This isn’t to say that Stray was soulless or even boring. It benefited greatly from being relatively short — my family and I completed it in about four to five hours, which was exactly the amount of time it took for the novelty of “a real cat” to start to wear off. But we are in a time when conversations about “metaverses” and “sentient” artificial intelligence have brought in quasi-mystical visions of what a new immersive reality could be. All these pitches — at least to my ear — sound like what the video game industry says about the newest shooting game or Madden and how they make you “feel like you’re there,” but with the promise of a full replacement where you can go to work or talk to your friends at a metaverse bar where you pay for your drinks with metaverse dollars (with every transaction logged on the blockchain). These replacement realities, whether the much written-about Second Life or virtual reality headsets, never quite make it to anything resembling widespread adoption. They are usually a proof of concept for the next thing, but when the next thing comes, it inevitably reverts to another proof of concept for yet another next thing.

These failures, I believe, come in no small part from the divide between the importance that game designers, thinkers and technology leaders place on realism and what the public actually desires out of an immersive experience. For the past 40 or so years, the form of the video game has been more or less the same — a person sitting in front of a screen controls an avatar and makes it do stuff. The most memorable titles, whether Braid or The Legend of Zelda or the Mario Kart series do not fall into the trap of mimicking reality, nor do they try to lay out some cinematic vision filled with lengthy cut-sequences that interrupt the gameplay and turn a game into a passive experience. Instead, they embrace the form itself — Braid, for its part, looks like it could have been played on the original Nintendo Entertainment System — and look for little subversions within the joyful exercise of staring at a screen and pushing buttons.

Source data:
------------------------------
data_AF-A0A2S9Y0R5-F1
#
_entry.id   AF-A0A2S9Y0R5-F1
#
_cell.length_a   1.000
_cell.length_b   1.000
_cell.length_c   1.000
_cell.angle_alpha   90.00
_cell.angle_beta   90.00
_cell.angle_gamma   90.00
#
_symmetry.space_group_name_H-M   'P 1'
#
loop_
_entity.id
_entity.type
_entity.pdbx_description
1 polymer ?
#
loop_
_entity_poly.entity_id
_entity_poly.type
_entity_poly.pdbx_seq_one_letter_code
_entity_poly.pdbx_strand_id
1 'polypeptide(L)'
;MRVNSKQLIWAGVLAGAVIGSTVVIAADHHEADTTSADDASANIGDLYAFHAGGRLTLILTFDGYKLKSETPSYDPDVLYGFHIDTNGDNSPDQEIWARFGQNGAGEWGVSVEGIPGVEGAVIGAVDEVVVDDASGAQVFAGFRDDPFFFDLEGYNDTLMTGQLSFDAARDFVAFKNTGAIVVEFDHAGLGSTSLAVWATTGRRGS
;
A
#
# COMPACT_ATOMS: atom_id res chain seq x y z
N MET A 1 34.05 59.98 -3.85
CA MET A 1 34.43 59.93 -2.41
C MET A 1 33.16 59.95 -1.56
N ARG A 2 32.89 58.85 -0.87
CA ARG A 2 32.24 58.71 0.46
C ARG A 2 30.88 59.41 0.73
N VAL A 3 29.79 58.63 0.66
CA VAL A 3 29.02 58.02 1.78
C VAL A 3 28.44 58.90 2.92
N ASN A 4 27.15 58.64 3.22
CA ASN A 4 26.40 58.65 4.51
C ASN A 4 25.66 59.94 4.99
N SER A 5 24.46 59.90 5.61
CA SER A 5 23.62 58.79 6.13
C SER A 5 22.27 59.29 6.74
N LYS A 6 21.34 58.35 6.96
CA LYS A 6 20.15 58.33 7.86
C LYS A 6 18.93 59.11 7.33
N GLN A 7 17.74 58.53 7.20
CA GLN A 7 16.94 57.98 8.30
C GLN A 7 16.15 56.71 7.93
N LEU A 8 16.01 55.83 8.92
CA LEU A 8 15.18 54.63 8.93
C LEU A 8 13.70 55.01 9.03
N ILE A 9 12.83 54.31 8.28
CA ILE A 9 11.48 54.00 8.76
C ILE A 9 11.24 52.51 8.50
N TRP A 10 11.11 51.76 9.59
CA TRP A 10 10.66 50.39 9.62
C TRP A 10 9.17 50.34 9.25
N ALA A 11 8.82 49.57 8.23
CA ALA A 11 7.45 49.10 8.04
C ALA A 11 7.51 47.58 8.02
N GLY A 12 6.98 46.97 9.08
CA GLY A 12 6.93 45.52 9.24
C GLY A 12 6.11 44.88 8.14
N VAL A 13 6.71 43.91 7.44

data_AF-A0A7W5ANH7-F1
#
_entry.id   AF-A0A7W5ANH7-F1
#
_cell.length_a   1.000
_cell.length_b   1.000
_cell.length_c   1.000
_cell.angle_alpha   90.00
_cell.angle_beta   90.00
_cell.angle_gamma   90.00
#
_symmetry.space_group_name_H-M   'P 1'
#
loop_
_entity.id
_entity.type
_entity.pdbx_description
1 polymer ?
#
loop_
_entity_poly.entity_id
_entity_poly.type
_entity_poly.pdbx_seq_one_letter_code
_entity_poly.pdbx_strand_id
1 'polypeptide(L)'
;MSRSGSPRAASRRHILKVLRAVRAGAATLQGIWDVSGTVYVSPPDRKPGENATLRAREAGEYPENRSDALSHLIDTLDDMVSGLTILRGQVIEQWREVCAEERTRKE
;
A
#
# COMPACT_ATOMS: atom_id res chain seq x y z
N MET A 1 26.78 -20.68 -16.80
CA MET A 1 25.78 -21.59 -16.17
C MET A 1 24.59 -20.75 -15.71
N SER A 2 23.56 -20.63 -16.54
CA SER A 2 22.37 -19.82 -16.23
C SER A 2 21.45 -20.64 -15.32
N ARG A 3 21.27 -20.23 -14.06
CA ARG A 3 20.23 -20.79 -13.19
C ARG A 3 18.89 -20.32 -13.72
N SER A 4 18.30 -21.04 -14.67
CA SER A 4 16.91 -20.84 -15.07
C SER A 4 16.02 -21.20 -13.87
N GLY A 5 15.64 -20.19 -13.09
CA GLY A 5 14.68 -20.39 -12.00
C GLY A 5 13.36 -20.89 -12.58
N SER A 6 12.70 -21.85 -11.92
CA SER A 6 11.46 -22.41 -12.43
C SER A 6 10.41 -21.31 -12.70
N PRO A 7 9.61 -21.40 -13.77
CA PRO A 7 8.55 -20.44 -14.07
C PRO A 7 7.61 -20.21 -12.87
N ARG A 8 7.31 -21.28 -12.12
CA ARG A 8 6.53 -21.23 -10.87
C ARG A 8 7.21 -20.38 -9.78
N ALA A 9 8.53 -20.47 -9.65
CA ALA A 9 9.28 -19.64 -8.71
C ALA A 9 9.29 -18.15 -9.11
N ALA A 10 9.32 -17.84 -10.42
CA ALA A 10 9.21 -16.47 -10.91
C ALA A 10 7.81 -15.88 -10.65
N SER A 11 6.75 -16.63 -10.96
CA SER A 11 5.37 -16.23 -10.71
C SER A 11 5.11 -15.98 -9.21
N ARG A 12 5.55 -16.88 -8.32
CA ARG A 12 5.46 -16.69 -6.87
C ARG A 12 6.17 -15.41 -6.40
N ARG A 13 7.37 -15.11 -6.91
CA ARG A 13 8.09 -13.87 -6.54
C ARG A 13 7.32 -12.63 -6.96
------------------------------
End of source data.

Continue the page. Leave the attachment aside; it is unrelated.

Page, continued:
Levels of the Gameby John McPhee

I’ve been reading a lot of books about tennis recently and this one is the best I’ve come across so far. McPhee dissects one tennis match between Arthur Ashe and Clark Graebner with extended biographies of both men woven between the points. A great companion to the recent “Citizen Ashe” documentary.